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Article
Publication date: 2 June 2022

Eddie Chaplin, Jane McCarthy, Samuel Tromans and Verity Chester

259

Abstract

Details

Advances in Autism, vol. 8 no. 3
Type: Research Article
ISSN: 2056-3868

Content available
Article
Publication date: 18 January 2023

Verity Chester and Samuel Tromans

178

Abstract

Details

Advances in Autism, vol. 9 no. 1
Type: Research Article
ISSN: 2056-3868

Content available
Article
Publication date: 13 October 2022

Verity Chester and Samuel Tromans

245

Abstract

Details

Advances in Autism, vol. 8 no. 4
Type: Research Article
ISSN: 2056-3868

Article
Publication date: 8 July 2020

Samuel Tromans and Verity Chester

The purpose of this paper is to provide a commentary on “being diagnosed with autism in adulthood: a personal case study”.

136

Abstract

Purpose

The purpose of this paper is to provide a commentary on “being diagnosed with autism in adulthood: a personal case study”.

Design/methodology/approach

A commentary on an individual’s personal experiences of being referred to autism assessment services and subsequently receiving a diagnosis of autism in adulthood.

Findings

Many individuals are not diagnosed with autism until their adult life, and as a result, miss the benefits of timely introduction of sources of support, such as during their schooling. Receiving an autism diagnosis can come as a relief and promote self-understanding, but availability of high-quality post-diagnostic support services and accommodating employers are both highly important.

Originality/value

A commentary on an original viewpoint is published in this special edition on gender and diversity.

Details

Advances in Autism, vol. 7 no. 3
Type: Research Article
ISSN: 2056-3868

Keywords

Article
Publication date: 20 February 2019

Samuel Tromans, Verity Chester, Chaya Kapugama, Amy Elliott, Sarah Robertson and Mary Barrett

The purpose of this paper is to explore the perspectives of healthcare professionals on autism in adult females with intellectual disability (ID), including regarding the gender…

Abstract

Purpose

The purpose of this paper is to explore the perspectives of healthcare professionals on autism in adult females with intellectual disability (ID), including regarding the gender ratio of autism, the clinical manifestation of autism in females, and the recognition, screening and diagnosis of autism.

Design/methodology/approach

The questionnaire was developed following a review of the relevant literature and distributed to professionals within three healthcare trusts as well as members of two clinical research groups. The questionnaire was completed by 80 ID healthcare professionals. Data were aggregated and analysed using Microsoft Excel.

Findings

ID healthcare professionals had a lack of recognition of the smaller gender ratio of autism in patients with ID as compared to those without ID. Most respondents reported believing that autism manifests differently in females; with women demonstrating a greater ability to mask their symptoms. A considerable proportion of participants reported feeling less confident in recognising, screening and diagnosing autism in female patients, with many endorsing a wish for additional training in this area.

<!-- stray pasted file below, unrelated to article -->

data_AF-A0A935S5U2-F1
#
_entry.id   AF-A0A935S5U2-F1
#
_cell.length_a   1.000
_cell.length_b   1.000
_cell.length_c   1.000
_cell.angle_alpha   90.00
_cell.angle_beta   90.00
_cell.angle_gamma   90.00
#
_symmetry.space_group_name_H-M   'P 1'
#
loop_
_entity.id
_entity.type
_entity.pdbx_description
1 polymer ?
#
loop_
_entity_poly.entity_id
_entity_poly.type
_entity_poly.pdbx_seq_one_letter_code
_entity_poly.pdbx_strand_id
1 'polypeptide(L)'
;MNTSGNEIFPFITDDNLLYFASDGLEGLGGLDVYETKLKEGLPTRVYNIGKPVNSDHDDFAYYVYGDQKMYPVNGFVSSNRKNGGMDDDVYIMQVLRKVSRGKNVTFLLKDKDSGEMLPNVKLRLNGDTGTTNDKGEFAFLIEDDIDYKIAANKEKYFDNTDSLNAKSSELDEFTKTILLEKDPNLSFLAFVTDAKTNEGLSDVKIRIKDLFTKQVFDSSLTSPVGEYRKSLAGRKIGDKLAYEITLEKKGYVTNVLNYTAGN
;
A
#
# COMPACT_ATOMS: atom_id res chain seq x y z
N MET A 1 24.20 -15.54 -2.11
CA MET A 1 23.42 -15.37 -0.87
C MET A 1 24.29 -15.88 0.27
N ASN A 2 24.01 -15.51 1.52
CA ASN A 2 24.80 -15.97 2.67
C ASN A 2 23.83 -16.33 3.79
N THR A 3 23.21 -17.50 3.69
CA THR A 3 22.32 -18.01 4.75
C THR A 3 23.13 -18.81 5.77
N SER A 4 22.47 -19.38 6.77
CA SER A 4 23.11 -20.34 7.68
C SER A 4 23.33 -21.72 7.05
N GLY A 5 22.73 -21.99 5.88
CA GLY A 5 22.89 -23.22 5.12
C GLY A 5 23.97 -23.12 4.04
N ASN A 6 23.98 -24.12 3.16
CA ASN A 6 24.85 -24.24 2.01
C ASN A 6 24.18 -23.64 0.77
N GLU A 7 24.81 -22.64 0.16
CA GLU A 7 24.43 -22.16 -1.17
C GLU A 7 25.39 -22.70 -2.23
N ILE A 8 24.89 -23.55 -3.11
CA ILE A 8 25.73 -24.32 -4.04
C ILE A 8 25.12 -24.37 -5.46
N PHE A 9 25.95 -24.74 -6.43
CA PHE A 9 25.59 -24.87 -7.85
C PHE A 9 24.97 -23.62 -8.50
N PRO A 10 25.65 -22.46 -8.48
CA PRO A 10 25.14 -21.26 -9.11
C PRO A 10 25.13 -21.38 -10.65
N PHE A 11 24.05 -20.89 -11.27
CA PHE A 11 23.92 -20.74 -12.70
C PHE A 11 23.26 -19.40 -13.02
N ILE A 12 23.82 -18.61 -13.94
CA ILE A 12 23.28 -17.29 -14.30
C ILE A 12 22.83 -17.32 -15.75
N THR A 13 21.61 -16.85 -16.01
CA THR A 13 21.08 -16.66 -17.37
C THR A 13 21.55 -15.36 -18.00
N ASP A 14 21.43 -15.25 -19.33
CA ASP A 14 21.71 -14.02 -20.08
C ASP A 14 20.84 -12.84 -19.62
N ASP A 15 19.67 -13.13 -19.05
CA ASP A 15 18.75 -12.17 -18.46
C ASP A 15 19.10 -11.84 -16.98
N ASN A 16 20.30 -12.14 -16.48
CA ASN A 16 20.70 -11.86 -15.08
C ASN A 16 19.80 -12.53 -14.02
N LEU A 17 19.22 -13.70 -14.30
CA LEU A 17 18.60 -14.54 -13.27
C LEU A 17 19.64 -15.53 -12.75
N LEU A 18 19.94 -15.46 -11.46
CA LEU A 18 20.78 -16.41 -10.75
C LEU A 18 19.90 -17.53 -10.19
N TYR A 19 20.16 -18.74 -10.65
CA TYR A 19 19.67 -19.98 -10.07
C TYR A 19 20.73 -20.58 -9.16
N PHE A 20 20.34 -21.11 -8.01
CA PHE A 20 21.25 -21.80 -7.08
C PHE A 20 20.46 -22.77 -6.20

Practical implications

These findings suggest that ID healthcare professionals are keen to improve their skills in providing services for women with autism. Training programmes at all levels should incorporate the specific needs of women with ASD, and individual professionals and services should actively seek to address these training needs in order to promote best practice and better outcomes for women with autism.

Originality/value

This is the first published questionnaire exploring the perspectives of healthcare professionals regarding autism in adult females with ID.

Details

Advances in Autism, vol. 5 no. 3
Type: Research Article
ISSN: 2056-3868

Keywords

Article
Publication date: 14 February 2019

Priyanka Rebecca Tharian, Sadie Henderson, Nataya Wathanasin, Nikita Hayden, Verity Chester and Samuel Tromans

Fiction has the potential to dispel myths and helps improve public understanding and knowledge of the experiences of under-represented groups. Representing the diversity of the…

1552

Abstract

Purpose

Fiction has the potential to dispel myths and helps improve public understanding and knowledge of the experiences of under-represented groups. Representing the diversity of the population allows individuals to feel included, connected with and understood by society. Whether women and girls with autism spectrum disorder (ASD) are adequately and accurately represented in fictional media is currently unknown. The paper aims to discuss this issue.